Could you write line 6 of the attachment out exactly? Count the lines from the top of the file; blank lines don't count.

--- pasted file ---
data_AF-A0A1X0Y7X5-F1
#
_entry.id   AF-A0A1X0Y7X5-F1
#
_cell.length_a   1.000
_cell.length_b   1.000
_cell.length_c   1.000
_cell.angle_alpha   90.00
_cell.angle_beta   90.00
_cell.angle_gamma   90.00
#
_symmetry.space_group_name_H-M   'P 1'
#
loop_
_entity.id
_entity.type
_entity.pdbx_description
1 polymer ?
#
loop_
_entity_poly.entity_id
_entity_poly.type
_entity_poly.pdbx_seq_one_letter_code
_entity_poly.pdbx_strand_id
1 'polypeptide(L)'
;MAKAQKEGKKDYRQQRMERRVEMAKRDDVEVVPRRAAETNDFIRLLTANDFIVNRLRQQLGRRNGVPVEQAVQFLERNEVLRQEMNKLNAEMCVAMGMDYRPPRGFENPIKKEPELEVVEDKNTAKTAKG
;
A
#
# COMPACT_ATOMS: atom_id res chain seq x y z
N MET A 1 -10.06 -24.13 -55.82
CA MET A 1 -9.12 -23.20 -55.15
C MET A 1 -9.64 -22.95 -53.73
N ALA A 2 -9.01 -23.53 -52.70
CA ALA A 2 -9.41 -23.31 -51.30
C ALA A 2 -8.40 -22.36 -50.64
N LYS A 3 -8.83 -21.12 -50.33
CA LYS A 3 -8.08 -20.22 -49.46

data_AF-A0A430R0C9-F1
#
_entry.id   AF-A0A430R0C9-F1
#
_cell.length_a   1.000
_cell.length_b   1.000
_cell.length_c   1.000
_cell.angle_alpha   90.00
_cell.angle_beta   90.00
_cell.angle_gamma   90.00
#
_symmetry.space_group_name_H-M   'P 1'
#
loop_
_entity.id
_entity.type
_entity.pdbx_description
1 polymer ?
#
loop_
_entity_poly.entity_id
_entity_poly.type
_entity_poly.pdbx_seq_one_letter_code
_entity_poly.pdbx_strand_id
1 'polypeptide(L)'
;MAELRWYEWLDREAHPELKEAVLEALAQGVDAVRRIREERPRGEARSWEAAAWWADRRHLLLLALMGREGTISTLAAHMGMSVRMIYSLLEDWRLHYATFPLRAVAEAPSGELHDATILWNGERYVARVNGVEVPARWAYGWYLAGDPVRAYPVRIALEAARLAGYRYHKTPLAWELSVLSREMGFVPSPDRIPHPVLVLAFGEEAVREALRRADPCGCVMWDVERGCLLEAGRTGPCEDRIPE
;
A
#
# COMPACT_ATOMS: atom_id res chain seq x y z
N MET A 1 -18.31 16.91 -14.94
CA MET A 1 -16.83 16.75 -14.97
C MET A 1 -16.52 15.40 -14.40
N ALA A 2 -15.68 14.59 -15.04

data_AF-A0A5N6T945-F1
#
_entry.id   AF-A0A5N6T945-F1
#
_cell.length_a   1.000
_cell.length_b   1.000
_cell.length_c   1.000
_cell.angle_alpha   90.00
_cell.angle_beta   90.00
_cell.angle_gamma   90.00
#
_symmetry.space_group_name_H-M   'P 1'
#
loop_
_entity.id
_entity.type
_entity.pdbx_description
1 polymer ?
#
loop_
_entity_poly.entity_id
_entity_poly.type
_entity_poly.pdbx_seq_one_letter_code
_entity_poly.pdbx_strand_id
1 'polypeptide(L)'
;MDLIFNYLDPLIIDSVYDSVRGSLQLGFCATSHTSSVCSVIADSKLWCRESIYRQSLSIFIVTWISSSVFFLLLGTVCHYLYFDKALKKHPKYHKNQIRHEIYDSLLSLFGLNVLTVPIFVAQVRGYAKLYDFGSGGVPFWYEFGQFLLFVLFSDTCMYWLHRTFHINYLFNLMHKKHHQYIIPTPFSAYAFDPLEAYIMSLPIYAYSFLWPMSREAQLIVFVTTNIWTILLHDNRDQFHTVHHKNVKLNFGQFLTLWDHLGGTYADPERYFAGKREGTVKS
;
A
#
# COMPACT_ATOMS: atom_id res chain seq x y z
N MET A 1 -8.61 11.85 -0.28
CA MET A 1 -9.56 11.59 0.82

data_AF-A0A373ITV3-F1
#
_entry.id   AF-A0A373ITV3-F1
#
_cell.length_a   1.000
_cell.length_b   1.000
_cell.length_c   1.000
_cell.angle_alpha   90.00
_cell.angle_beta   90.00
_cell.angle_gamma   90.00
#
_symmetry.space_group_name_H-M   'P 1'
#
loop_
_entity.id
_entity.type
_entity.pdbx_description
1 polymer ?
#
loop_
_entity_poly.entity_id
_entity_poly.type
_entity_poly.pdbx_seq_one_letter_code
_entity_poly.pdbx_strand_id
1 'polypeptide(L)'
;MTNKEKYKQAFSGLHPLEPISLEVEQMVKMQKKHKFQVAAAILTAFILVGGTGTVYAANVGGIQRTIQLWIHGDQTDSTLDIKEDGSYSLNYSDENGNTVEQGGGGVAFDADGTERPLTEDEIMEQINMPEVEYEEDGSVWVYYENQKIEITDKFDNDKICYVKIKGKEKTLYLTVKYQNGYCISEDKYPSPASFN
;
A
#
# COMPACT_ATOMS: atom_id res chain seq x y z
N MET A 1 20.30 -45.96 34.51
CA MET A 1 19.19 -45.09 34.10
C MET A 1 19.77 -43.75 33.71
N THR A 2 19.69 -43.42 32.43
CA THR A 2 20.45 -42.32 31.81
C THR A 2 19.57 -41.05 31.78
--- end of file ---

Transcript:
_cell.length_b   1.000